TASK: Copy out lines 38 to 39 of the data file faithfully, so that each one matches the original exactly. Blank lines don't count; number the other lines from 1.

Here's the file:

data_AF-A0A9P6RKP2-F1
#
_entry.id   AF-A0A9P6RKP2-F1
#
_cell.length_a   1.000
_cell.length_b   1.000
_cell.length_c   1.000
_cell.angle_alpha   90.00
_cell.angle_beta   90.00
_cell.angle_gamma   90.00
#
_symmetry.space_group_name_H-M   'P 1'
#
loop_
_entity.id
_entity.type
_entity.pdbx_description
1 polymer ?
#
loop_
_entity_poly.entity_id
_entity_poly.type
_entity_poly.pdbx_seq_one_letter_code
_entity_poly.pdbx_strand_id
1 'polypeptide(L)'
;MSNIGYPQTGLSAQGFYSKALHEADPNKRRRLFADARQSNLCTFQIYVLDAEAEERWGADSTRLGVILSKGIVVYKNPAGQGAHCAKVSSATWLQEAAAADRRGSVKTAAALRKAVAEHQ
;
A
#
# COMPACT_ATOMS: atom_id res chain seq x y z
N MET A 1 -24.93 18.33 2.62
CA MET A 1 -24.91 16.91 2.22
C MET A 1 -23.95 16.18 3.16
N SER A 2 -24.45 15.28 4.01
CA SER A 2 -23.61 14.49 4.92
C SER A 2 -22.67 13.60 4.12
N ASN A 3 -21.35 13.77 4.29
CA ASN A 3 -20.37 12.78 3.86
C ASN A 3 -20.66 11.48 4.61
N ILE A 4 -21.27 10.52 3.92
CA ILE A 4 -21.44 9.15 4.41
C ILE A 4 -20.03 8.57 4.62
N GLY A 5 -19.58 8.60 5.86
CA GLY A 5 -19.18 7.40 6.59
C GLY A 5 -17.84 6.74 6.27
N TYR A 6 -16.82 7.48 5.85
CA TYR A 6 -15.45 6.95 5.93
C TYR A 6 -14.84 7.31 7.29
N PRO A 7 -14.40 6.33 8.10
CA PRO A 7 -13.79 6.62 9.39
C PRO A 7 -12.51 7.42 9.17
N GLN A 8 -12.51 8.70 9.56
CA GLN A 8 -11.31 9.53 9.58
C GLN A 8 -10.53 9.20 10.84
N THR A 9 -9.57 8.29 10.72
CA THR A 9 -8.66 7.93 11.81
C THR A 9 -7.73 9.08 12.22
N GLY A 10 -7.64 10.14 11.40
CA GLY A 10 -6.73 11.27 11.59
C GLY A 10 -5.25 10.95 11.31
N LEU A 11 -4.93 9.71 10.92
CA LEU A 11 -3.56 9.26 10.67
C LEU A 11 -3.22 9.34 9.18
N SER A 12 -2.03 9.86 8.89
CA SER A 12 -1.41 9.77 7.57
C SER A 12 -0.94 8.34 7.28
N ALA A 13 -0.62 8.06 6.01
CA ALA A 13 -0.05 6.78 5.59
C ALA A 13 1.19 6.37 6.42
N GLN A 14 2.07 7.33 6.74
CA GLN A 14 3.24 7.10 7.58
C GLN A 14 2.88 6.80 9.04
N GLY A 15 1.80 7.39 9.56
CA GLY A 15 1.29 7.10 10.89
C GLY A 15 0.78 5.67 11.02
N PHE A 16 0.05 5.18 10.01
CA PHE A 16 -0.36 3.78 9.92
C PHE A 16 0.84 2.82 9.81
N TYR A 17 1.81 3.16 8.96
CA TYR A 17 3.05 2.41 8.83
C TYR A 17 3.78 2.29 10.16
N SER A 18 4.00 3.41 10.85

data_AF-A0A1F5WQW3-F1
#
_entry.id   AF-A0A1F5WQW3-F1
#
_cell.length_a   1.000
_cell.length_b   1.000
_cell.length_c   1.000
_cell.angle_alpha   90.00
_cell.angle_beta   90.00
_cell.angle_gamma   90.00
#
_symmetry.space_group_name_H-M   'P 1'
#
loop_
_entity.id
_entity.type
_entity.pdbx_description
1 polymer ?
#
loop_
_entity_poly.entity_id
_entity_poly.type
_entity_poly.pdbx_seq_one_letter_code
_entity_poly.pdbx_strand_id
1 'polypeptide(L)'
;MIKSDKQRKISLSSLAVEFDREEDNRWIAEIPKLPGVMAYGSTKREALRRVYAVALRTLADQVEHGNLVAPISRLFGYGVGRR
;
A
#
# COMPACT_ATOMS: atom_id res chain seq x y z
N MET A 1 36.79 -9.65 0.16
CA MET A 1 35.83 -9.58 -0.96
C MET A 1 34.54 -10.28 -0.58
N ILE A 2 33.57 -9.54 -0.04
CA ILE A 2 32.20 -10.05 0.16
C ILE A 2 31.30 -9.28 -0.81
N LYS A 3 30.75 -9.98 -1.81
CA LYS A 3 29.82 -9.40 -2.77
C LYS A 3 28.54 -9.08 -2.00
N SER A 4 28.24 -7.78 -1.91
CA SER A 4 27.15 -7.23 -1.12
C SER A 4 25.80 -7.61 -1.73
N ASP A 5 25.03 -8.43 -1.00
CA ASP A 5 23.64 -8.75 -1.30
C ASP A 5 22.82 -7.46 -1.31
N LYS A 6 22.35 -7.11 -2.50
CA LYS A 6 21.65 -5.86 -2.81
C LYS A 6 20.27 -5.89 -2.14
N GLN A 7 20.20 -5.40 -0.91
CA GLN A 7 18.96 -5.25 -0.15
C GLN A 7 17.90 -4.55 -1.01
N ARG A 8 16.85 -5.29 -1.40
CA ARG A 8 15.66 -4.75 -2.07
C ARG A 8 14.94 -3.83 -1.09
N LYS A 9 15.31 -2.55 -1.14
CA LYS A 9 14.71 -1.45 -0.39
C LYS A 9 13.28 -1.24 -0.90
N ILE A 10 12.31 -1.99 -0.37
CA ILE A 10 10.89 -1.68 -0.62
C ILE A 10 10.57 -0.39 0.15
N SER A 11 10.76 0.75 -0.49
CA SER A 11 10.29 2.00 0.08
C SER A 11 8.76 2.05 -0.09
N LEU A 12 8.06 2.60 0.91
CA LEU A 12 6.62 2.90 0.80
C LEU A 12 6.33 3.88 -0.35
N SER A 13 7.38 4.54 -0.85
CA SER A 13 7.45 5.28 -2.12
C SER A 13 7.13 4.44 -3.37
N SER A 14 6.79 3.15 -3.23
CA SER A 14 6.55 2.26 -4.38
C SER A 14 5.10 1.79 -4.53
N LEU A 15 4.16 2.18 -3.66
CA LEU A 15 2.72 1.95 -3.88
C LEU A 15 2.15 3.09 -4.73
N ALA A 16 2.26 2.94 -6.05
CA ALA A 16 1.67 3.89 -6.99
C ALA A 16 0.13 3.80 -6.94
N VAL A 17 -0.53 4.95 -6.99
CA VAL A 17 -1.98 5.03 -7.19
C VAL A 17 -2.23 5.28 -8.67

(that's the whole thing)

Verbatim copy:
CA ASN A 3 -20.37 12.78 3.86
C ASN A 3 -20.66 11.48 4.61